Suppose the Indian elections are scheduled for Ash Wednesday 14th October, what would the Church in India do? This story comes from Indonesia.
In a unique move reflective of the diverse challenges faced by religious communities globally, Catholic bishops in Indonesia are making a temporary liturgical adjustment as the country prepares for its presidential election.
The upcoming polls, scheduled for Ash Wednesday, have prompted concerns among the Catholic leadership about potential disenfranchisement of their followers. Simply put, if the Catholics turn up at the polling booths to cast their votes, they will likely miss the Ash Wednesday Mass on the day of obligation. So may faithful Catholics will choose to go to Mass and not to vote.
Indonesia, the world’s third-largest democracy, faces a logistical challenge as its polls open for the presidential election from 7 a.m. to 1 p.m. The clash with Ash Wednesday and the limited polling hours in Indonesia have prompted Catholic bishops to act proactively.
Catholics constitute about 3% of Indonesia’s population, which is predominantly Muslim, with Christians making up around 10%. Fearing that the Catholic voice could be further diminished if followers miss the opportunity to vote on Ash Wednesday, bishops are temporarily altering the liturgical schedule to ensure active participation in both civic duty and religious observance.
In response to this unique situation, some dioceses, including the Archdiocese of Jakarta, will observe Ash Wednesday on the following day, Thursday, February 15. Other regions are opting to hold services on the day before the traditional observance, ensuring that Catholics can fulfill their religious duties without compromising their civic responsibilities.
Bishop Siprianus Hormat of Ruteng, in a pastoral letter, announced that on Catholic-majority Flores Island, remote mission stations are permitted to carry out Ash Wednesday rituals on the first Sunday of Lent, February 19. This adaptive approach aims to accommodate the diverse circumstances faced by Catholics in different regions.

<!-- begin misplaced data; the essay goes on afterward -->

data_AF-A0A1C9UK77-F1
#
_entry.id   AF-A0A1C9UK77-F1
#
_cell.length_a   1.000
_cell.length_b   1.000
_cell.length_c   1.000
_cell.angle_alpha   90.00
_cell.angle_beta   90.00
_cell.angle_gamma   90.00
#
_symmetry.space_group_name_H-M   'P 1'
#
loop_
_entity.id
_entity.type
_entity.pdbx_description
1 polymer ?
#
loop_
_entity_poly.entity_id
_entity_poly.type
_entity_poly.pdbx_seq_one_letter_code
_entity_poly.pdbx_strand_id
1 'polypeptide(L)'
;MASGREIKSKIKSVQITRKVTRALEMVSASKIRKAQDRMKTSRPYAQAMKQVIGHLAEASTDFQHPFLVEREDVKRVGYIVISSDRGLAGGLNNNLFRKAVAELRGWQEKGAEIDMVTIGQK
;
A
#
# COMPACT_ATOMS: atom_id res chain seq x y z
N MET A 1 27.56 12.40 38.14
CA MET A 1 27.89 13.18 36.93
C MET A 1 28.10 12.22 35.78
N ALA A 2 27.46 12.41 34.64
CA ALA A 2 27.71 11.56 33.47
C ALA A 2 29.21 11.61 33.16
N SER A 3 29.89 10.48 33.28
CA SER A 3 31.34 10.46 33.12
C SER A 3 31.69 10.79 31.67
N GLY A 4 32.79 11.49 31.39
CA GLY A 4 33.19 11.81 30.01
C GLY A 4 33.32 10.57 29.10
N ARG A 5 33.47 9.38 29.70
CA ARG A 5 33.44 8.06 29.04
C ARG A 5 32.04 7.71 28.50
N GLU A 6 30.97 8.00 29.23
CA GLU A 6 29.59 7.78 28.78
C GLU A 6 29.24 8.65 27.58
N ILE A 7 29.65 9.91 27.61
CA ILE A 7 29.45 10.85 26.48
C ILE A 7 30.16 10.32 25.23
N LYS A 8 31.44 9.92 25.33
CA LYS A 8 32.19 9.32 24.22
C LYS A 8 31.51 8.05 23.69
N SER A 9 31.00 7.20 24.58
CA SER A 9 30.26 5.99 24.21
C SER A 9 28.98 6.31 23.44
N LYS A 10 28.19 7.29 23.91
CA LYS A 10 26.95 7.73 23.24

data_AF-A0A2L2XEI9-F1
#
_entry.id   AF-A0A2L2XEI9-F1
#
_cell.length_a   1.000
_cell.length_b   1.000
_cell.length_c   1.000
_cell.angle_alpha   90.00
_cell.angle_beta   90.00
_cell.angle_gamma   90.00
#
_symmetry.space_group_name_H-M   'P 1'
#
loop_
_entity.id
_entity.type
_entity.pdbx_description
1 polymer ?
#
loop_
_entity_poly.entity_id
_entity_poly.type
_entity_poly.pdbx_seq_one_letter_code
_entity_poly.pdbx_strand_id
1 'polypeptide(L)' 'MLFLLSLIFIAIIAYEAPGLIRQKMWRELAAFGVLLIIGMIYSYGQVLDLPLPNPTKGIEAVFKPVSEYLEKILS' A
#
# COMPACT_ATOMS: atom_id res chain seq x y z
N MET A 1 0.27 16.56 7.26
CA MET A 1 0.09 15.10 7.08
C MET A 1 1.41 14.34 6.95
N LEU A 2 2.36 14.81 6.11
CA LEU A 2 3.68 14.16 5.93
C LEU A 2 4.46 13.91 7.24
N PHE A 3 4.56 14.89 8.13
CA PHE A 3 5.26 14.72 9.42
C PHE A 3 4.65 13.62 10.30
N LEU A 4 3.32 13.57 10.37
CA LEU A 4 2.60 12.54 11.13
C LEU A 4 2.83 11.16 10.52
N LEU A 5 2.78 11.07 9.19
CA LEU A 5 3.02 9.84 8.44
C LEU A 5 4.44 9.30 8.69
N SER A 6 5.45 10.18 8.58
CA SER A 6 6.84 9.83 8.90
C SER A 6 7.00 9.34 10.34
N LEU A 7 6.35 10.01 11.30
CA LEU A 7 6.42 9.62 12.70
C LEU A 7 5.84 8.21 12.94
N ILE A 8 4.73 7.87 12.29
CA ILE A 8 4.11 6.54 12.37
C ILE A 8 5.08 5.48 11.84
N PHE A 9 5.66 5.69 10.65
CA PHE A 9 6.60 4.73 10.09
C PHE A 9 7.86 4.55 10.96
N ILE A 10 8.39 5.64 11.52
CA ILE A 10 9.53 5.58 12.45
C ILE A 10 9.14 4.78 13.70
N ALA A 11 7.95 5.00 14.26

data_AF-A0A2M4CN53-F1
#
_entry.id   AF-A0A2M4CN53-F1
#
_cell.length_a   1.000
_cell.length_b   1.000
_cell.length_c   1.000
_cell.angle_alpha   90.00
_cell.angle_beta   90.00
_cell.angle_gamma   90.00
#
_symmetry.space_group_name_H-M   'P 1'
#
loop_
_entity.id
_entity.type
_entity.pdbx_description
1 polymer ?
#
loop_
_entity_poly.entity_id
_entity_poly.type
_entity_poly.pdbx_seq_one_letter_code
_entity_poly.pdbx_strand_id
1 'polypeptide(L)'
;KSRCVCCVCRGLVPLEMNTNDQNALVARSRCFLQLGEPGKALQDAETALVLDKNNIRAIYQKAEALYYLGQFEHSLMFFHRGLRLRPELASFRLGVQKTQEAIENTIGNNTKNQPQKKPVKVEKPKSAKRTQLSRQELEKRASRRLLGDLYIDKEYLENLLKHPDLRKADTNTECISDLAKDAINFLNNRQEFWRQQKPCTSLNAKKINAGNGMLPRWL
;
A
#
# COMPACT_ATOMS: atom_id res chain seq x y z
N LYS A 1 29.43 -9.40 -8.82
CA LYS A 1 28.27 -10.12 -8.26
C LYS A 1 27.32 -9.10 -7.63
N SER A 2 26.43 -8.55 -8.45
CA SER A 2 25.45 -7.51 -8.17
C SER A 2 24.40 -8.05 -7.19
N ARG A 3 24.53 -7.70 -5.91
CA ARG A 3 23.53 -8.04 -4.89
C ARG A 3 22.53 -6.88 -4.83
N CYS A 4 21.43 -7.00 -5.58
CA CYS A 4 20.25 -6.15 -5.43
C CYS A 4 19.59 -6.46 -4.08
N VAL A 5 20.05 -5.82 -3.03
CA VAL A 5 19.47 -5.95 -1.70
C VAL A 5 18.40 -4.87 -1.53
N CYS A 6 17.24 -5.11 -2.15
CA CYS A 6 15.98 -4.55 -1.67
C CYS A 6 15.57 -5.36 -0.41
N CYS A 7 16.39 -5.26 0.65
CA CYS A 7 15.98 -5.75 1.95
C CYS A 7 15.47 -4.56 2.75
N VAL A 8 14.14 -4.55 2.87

The presidential elections in Indonesia will determine a new president, vice-president, and 711 members of the national assembly. Acknowledging the significance of both events, Bishop Antonius Subianto Bunjamin of Bandung, President of the Indonesian Bishops’ Conference, emphasized the responsibility of Catholics to actively engage in both civic duties and religious practices.
Bishop Bunjamin stated, “Both the general election and Ash Wednesday are important for us as Catholics and Indonesians. The active involvement in both events is the responsibility to fulfill our duty as citizens and our call to repent as Christians. We believe that we have to live as 100% Catholic and 100% Indonesian.”
Cardinal Ignatius Suharyo of Jakarta justified the decision not to celebrate the Ash Wednesday Mass on the traditional day, citing pastoral prudence. He emphasized the importance of allowing Catholics enough time to participate in the electoral process without hindrance from church-based activities.
The move to adjust the liturgical schedule sheds light on the delicate balance between civic responsibilities and religious observance in a country where religious freedom conditions, as noted in the latest annual report by the US Commission on International Religious Freedom, “remained poor.”
The Indonesian Catholic leadership hopes that this temporary alteration will enable their followers to fully engage in both the democratic process and their spiritual obligations.